Imagine going into a situation where you knew there was a high probability you would likely be raped repeatedly.
In fact, imagine knowing that the risk of rape was so high that you would get an injection of long-acting birth control to try to make sure that the rape(s) didn’t result in an unwanted pregnancy.
Many of the women I meet have been sold into prostitution. Imagine that the ideal ending of this story is that you would end up on a boat with a reported 1 in 19 risk of drowning.
Now imagine the above with a child or two in tow.
This is the reality that many of the women I meet on the MV Aquarius are facing.
Women on board the MV Aquarius. Photo: Anna Psaroudakis / SOS Mediterranee
Yesterday I met a young woman who had strange burns on the hands – the burns were in a pattern that led be to believe they have been deliberately inflicted. Fearing there was something more to her story, I brought her down to the clinic to have a more private conversation.
Through our interpreter, the young woman told me that she had burnt her hands while in Libya. When I gently probed further, more of her story came out.
She had been living in Libya in a house with many people when a group of men stormed in. During the ensuing violence, her husband and aunt were killed. She and her younger sister survived the initial attack, but the men then began to burn her and raped her sister.
In a desperate attempt to flee, the young woman threw herself out a window and hurt her wrist in the process.
I have two sisters and I dreaded the answer to my next question: “where is your sister now?”
With tears welled up in her distantly staring eyes, she quietly replied: “I don’t know. They kidnapped her. That was three months ago.” She didn’t know any one on the boat and she was travelling alone. She seemed completely lost.
They dream of being reunited with their family members in Europe. They dream of escaping persecution. They dream of sending their children to school and money to their families at home.
The passengers we pick up at sea are running from such horrendous conditions that paying for a dangerous boat crossing is a better choice than staying in their home country or Libya. That deserves pause for thought.
The women I have met hold such hope for the future. They dream of being reunited with their family members in Europe. They dream of escaping persecution. They dream of sending their children to school and money back to their families at home.
Photo: Yann Merlin / SOS MEDITERRANEAN
They rarely, if ever, talk about dreams for themselves as most of them have mortgaged their financial futures to pay off the debts incurred during their flight across the African continent to the Libyan shores of the Mediterranean.
If they can’t find a way to pay off their debts with money, there is a real risk that they might be forced into prostitution. There is little I can do but be bearer of bad news, warn them of the dangers ahead and pass on the contact details of organisations in Italy who may be able to help them.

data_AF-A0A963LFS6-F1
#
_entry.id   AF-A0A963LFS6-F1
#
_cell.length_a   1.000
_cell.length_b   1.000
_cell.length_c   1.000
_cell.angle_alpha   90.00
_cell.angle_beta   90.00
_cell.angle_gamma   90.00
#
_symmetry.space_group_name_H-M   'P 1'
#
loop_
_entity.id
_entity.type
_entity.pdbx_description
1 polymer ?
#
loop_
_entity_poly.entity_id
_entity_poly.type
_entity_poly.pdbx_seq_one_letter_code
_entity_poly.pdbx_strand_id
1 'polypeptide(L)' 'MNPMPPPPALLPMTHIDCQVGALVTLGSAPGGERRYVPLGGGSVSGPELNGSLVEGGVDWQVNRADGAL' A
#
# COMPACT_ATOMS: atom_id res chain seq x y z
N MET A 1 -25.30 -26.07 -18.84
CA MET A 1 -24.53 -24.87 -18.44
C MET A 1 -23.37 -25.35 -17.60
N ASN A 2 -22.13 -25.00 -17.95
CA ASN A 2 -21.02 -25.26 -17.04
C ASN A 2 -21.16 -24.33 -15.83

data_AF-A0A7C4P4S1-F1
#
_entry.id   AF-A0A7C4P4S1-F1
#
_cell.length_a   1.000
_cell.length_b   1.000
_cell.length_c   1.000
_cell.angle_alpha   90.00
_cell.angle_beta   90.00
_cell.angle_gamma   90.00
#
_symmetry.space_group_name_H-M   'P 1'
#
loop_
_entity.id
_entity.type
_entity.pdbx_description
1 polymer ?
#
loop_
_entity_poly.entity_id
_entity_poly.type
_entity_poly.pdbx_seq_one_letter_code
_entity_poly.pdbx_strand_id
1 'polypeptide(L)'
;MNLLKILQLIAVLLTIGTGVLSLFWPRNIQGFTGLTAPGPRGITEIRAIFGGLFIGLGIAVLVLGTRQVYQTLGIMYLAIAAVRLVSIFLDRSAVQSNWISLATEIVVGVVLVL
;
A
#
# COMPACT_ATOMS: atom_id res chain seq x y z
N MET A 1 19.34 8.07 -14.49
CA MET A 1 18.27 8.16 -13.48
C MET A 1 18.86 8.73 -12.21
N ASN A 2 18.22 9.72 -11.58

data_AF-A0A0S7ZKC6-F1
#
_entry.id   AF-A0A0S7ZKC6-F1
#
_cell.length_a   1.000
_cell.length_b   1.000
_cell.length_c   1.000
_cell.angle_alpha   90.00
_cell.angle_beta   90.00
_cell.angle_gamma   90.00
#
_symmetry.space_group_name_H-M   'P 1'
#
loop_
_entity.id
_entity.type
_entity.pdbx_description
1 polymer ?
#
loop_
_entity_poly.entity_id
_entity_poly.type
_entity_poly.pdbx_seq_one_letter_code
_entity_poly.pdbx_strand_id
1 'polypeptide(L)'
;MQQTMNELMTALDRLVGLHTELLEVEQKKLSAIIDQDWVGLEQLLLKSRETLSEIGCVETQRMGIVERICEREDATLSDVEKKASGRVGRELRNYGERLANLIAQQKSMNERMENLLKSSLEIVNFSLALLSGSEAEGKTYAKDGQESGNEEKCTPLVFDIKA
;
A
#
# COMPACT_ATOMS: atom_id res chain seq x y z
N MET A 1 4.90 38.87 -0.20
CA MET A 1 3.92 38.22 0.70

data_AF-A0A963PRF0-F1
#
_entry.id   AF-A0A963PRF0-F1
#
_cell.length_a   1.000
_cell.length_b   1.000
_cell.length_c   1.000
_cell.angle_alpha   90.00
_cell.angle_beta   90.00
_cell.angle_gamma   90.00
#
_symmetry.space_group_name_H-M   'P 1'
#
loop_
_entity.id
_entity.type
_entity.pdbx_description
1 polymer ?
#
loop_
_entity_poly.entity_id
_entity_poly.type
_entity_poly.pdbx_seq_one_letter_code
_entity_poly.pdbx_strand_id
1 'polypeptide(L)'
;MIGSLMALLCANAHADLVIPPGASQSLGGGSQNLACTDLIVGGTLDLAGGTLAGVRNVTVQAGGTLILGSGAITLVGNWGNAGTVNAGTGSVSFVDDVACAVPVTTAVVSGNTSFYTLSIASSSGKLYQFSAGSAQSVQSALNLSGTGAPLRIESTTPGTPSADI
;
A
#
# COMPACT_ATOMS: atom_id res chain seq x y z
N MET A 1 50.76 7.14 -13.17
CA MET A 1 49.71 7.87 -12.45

Despite their tenacity and strength, I worry for these women.
Their journeys are so fraught with horror that I fear that their resilience will eventually run dry. I fear the realities they will face upon arrival in Europe and cannot bear the thought that some of them will be sent back to their countries of origin.
I can’t stomach the idea that the months to years of perilous travel, sexual violence, domestic servitude, fear, and financial ruin may be for nothing.
These amazing women could add so much to other countries if they were given the chance
It is indeed ironic, that the women I meet on the Aquarius are the lucky ones.
They are the survivors.
Uncounted women die daily in their quest for a better life. These amazing women could add so much to the fibre of other countries if they were given the chance. I dream of a time when they will be able to pursue their dreams in a safe and legal manner by applying on paper or by computer rather than risking their lives to climb walls built along borders and through oceans.
I remind her that the path ahead will be very difficult, but that is nothing new to these women
Imagine what these women could accomplish with their fierce determination and tenacity if they didn’t have to spend it on surviving?
When I have finished a particularly difficult meeting with a patient on the Aquarius, I ask her to look to the future and think of what she would like to become. I remind her that the path ahead will be very difficult, but that is nothing new to these women.
I celebrate the fact that they have survived to this point and remind them that having overcome huge hurdles in the past and that the strength they have acquired will take them far.
I tell them with sincerity: “I cannot wait to see the gifts you will share with the world.”